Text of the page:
The Ninth Spot on “The 50 Best TV Shows of 2023” Goes to “The Sixth Commandment”.
Occasionally, a play resonates so deeply that it stays with you. It becomes a part of you, frame by intense frame. The Sixth Commandment, written by Sarah Phelps and directed by Saul Dibb, was the most emotionally-charged example of the year, and perhaps even the decade. In four agonizing and almost unbearable episodes, it shattered the typical portrayal of true crime as voyeuristic, insensitive, and morally questionable. Instead, The Sixth Commandment brought attention to the victims, although even using that term feels like an unfair oversimplification. It provided a level of respect rarely given, both on screen and in real life, to those whose lives are devastated by crime.
The main individuals involved were Peter Farquhar (played by Timothy Spall), a retired teacher from Stowe school, and his neighbor Ann Moore-Martin (played by Anne Reid), a former headteacher. In 2014 and 2017, they were both befriended by a young churchwarden named Ben Field (played by Éanna Hardwicke), who gradually became a part of their lives. He would read bible verses with them, help them in the garden, cook for them, and eventually moved in with them. At this point, he confessed his love for them. However, after they changed their wills to include him, Ben’s true intentions were revealed as he began gaslighting, humiliating, mentally torturing, and poisoning them. Tragically, Peter was murdered and Ann was the target of an attempted murder by Ben. Following an investigation by the Thames Valley police and a criminal trial in 2019, Field was given a life sentence.
The story had two distinct parts – a personal exploration of characters and a police investigation – that came together seamlessly. The first two episodes focused on Peter, then Ann. Actor Spall delivered a career-defining performance as Peter, capturing his vulnerability and tenderness perfectly. It was evident in the way he walked, the way he tended to a rose or washed a cup in the sink. He portrayed Peter with a strong sense of morality and meticulousness, along with a deep longing, self-disgust, and shame. This was a man who had spent his life trying to reconcile his homosexuality with his Anglican faith, a struggle that was portrayed by Spall and writer Phelps, who was at the top of her game, as not futile but central to his identity. “It’s not about pornography; that’s not what I want,” he confided in a friend about his habit of looking at pictures of men in shorts. “Even my deviance is pathetic.” On the night he secretly proposed to his lover Ben, he revealed that he didn’t want sex, only to hold and be held. It was truly heart-wrenching.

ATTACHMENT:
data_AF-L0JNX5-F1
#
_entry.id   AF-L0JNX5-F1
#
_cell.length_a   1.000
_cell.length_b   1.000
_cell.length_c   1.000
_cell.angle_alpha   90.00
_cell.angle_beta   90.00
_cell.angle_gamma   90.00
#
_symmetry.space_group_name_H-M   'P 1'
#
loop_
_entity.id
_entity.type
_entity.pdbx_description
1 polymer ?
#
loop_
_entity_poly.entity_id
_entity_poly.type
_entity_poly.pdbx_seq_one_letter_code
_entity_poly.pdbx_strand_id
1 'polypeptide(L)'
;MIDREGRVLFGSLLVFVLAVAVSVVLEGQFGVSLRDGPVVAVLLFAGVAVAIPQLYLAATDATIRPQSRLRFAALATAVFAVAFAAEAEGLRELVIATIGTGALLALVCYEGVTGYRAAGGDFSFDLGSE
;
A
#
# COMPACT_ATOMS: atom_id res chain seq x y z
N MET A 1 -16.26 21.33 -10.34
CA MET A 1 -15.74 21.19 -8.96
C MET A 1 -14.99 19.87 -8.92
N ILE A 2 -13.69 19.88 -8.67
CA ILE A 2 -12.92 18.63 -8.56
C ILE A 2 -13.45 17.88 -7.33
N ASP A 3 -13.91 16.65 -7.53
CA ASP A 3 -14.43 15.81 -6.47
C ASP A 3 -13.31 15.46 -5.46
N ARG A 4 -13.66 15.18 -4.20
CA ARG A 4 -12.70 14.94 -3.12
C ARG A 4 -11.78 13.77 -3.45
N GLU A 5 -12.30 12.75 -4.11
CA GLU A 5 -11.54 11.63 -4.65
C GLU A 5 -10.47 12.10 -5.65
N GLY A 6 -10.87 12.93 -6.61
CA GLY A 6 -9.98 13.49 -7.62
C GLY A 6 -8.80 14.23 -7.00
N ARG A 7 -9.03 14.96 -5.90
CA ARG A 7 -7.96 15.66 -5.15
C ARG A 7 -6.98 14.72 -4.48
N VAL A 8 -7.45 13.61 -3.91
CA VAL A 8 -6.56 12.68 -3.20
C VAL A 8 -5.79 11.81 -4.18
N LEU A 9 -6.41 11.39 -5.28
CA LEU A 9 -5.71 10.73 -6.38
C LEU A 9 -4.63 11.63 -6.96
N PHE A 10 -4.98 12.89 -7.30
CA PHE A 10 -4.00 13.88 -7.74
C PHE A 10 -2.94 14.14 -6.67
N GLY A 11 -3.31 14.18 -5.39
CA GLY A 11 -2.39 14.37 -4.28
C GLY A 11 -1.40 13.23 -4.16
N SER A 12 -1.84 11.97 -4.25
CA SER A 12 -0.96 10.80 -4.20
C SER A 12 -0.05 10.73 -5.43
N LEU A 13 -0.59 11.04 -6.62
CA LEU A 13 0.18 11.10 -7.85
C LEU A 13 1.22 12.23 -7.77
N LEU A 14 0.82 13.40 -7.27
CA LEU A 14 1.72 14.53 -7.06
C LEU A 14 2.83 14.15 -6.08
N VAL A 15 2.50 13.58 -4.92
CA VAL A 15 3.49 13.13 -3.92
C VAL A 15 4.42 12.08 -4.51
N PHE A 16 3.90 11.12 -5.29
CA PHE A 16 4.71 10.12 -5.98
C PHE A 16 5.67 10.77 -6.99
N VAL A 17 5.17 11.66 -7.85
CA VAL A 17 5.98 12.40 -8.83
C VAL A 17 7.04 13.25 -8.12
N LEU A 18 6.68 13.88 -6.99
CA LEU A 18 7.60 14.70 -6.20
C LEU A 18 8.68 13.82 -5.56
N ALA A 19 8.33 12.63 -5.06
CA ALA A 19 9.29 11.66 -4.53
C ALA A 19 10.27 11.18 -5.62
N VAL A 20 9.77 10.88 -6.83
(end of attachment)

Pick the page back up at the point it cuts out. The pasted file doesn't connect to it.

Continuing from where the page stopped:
Ann, portrayed with equal beauty by Reid, possessed qualities of love and devotion, as well as a strong Catholic faith, according to her niece Ann-Marie. However, their goodness was never glorified, but rather made them susceptible to Ben’s deceitful words. Their vulnerability did not stem from gullibility, weakness, or isolation – although, like many older individuals in our society, they did experience loneliness – but rather from their belief in God, humanity, and love. This is what made The Sixth Commandment difficult to watch and why we must commemorate their spirits.
The Sixth Commandment, set in the quiet town of Maids Moreton, Buckinghamshire, was beautifully directed by Dibb, who has a keen understanding of English culture, like great writers do, and can capture its essence through small details like the fading summer light or the sound of a boiling kettle. I am eager to see what he and Phelps will create next. Upon rewatching The Sixth Commandment (which was even more disturbing the second time), I noticed the frequent use of close-up shots of hands. Ann gently caressing Ben’s arms as he reads John Donne to her in bed. Peter’s hand gripping the wall in a state of hallucinogenic fear. Peter’s sister-in-law holding the hands of Ann’s traumatized niece in the final scene and reassuring her that “you stopped him.”
The Sixth Commandment also pertained to those affected by it: the broken families, the retired detective brought back for one final case, the junior officer who slept in the office to go through Peter’s diaries, and the barristers joking on the first day of the trial. It also addressed how we live and our treatment of the elderly, as well as the bravery love requires. However, the focus was not on the perpetrators. Ben’s motives, aside from his god complex, sadism, and sociopathy, were not explored, nor was his background revealed. The same goes for his accomplice, magician Martyn from Cornwall. Some viewers may have found this unsatisfying. Yet, The Sixth Commandment, which was thoroughly researched and dramatized with the full consent of both families, chose to show respect by not delving into Ben and Martyn’s story. I deeply admire this decision. It is a prime example of what true crime can achieve, and I will always remember it.